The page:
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Crofton, MD, 21114

A long-running personal blog shared by two authors with completely different approaches to life. And a lot of large, beautiful photographs of dogs and nature and places we've traveled to. Rich in commentary and irreverant in style. 

Blog

We started blogging a long time ago. Our work hours never aligned with recommended psychotherapists and we needed to get our thoughts out. We are great friends, total opposites and long-time housemates. This was a way to communicate. With each other. With strangers. With consumer marketers. With sub-par meteorologists. With distant friends who wanted to see pictures of stuff we were up to.

This is the place. Our bucket of thoughts to share. You are welcome. 
(We realize that most of you are here for the dog pictures.)

Q: Describe a time when you realized your family was not normal.(Healey)

Healey

We were hot. We were in the middle of the Australian desert. We had been out for hours and the tour we were on had given us a small bottle of water at the very beginning of the excursion. Since we are Americans, we assumed that this would be our ‘amuse-bouche’ beverage. Like an appetizer. So we all drank it right then and there. That was a mistake.

The tour guide was so earnest. At first it was endearing, he knew so much about Uluru-Kata Tjuta National Park. Not that he was from there. But this wasn’t like visiting Gettysburg where we actually KNEW what happened (those people killed these people and there were bodies and George Washington slept here). No, this was like visiting the set of Close Encounters of the Third Kind – but after a global memory erasing had been dealt. What does that “Third Kind” bit mean, anyways? I never got that.

So there are a handful of really white people orbiting this giant red rock, in the middle of the bloody desert with no shade, getting Third Degree Kinds of sunburns and dehydrating and listening to this tour guide cease to make ANY sense. About an hour in to this thing he starts telling us that the creases in the rock wall are due to things like “the snake god that took vengeance on the dwarf scorpion” and things like that. I mean there were like 12 of these totally fantastical stories.

My family, who are inquisitive but realize that you don’t ask a crazy person for directions, began to look at one another with long blinks and pouty mouths. Like “what the hell? The tour guide just went nuts.” My father, ever the antagonist, started pointing and asking about other visible fractures in the face of Ayers Rock, as if to egg the guide on. He was told a) that fracture has no significance and b) it is not Ayers Rock anymore – it is Uluru. Ayers Rock is a name that is insulting and disrespectful to the Aboriginal people.

"But the sign at the parking lot says Ayers Rock."

"We just haven’t gotten around to changing that sign yet."

<blink>

We all took a quiet moment to regard the massive red rock before us. And broke out laughing. It was unstoppable laughter. The kind that is totally insulting to most everyone else. The laugh of drunk people. I remember laughing so hard I reached out to steady myself on a tree and then reeled back in mock astonishment at having discovered a tree. Right then and there my assholish family came up with a fake bit of Aboriginal lore as to how the tree got there.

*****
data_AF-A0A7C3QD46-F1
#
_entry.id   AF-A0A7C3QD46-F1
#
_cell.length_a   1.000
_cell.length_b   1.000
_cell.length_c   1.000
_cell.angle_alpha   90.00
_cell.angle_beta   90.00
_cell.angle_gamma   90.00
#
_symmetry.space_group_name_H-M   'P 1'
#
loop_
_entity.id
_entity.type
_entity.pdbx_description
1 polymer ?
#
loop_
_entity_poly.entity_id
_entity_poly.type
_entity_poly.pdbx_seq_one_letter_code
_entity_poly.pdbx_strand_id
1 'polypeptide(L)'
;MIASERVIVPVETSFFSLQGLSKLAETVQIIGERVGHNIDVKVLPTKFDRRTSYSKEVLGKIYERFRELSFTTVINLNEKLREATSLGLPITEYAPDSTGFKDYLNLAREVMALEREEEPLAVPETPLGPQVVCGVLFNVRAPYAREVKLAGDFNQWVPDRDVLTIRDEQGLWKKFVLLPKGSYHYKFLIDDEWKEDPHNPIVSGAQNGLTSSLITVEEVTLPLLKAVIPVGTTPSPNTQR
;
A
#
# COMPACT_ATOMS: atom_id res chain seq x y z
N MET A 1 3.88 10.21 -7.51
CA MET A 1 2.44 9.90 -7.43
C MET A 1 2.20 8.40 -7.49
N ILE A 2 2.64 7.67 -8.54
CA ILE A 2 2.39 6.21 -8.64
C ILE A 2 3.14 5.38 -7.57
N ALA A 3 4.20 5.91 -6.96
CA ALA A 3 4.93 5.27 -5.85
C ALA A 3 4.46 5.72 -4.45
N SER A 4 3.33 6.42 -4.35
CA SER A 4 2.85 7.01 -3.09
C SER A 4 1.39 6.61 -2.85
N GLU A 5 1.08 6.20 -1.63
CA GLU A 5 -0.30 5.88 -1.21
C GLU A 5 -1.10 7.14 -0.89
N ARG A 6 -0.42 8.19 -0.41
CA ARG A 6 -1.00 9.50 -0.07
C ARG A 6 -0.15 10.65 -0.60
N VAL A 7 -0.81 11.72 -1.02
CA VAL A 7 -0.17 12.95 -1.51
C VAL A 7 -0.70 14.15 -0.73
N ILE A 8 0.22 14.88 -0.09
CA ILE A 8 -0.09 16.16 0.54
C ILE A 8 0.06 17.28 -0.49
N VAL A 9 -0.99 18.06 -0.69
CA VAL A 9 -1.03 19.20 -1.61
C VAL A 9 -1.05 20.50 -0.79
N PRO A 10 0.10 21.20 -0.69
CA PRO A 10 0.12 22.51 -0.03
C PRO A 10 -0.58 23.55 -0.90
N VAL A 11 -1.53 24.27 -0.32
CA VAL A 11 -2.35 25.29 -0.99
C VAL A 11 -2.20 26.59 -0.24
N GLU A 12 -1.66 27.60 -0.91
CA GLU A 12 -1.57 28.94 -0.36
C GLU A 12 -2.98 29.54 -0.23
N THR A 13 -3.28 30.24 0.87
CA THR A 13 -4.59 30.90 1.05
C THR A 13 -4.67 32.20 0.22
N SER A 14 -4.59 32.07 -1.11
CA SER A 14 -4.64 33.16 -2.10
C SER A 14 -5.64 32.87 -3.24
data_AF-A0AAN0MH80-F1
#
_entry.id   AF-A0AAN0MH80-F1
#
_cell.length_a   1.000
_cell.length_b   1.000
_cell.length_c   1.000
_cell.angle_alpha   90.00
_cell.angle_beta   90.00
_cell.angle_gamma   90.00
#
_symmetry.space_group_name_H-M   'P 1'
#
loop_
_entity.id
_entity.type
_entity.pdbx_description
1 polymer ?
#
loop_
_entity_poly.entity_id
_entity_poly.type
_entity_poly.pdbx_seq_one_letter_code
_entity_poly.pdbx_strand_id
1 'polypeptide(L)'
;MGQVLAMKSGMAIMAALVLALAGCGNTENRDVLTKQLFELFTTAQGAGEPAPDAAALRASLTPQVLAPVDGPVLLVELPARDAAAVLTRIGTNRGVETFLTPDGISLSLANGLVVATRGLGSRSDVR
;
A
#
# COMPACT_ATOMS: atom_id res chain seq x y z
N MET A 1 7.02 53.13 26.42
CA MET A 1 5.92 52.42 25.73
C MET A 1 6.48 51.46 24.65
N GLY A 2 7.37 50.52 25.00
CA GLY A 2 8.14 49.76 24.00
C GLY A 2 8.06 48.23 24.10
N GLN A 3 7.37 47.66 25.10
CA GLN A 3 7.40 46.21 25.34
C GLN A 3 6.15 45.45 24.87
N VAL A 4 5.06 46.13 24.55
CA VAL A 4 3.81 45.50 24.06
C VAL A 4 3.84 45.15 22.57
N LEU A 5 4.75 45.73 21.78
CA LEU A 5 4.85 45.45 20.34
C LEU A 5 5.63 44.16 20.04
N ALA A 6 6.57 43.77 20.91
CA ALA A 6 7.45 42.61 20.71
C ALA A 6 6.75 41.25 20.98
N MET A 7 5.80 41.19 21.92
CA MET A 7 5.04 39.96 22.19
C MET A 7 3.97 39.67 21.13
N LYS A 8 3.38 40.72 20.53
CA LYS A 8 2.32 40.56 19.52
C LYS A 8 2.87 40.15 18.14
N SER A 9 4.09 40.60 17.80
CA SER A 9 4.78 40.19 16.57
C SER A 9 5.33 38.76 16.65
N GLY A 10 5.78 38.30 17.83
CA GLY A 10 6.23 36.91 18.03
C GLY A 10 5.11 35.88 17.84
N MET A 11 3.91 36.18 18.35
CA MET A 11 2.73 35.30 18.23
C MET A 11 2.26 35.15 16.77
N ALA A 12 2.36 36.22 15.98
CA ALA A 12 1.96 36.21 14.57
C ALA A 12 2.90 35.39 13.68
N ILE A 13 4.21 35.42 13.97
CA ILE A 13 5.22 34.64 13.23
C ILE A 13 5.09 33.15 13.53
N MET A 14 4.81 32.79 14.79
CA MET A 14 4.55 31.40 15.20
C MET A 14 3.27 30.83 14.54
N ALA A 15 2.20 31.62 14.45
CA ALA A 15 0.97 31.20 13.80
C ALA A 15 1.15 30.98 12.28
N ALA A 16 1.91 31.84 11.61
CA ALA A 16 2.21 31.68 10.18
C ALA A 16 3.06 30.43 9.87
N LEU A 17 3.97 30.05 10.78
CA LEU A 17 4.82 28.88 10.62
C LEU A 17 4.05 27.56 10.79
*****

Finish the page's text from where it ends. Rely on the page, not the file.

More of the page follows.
“The turnip god ate a sun bean and reached for his mistress the sky – but the angry turtle god that had recently failed an anger management course cemented him to the earth out of spite.”

And this went on for FAR TOO LONG. We were all bent over laughing. Everyone else on the tour hated us. And we owned it. But they were stuck with us because there was no short-cut around a giant red monolith like Uluru. Meanwhile my family was totally bonding over sarcastically rewriting all Aboriginal legends. I think it was just the sun and the boredom.

In the words of Miley Cyrus "It's The Climb!"

In the words of Miley Cyrus "It's The Climb!"

When we got back to the starting point and the guide was finishing up he thanked us all (but made no eye contact with my family). Another person in the group asked about the ant trail of humans climbing up and down this one wall of the rock. He said “oh yeah, you can hike to the top along that rope line and see the view, it’s really fantastic.”

My mother asked about the small group of Aboriginal natives congregated at the base of the climb.

“Oh yes, well, ignore them. Those are Aboriginal elders. They are protesting the climbers since Uluru is a sacred monument.

“… didn’t you just recommend that we all climb the rock to see the fantastic view of nothingness?”

“Okay, so I think that concludes the tour. It was a pleasure to have met you all. G'Day.”

We literally fell over laughing at this guy’s retreat. And then we got a bottle of water and climbed the rock.

There was absolutely nothing to see from up there. I mean NUH-THING.

You are standing on the only interesting thing in the landscape. Hysterical.

You are standing on the only interesting thing in the landscape. Hysterical.

We went back to our hotel, had cocktails and bitched about the loud birds again.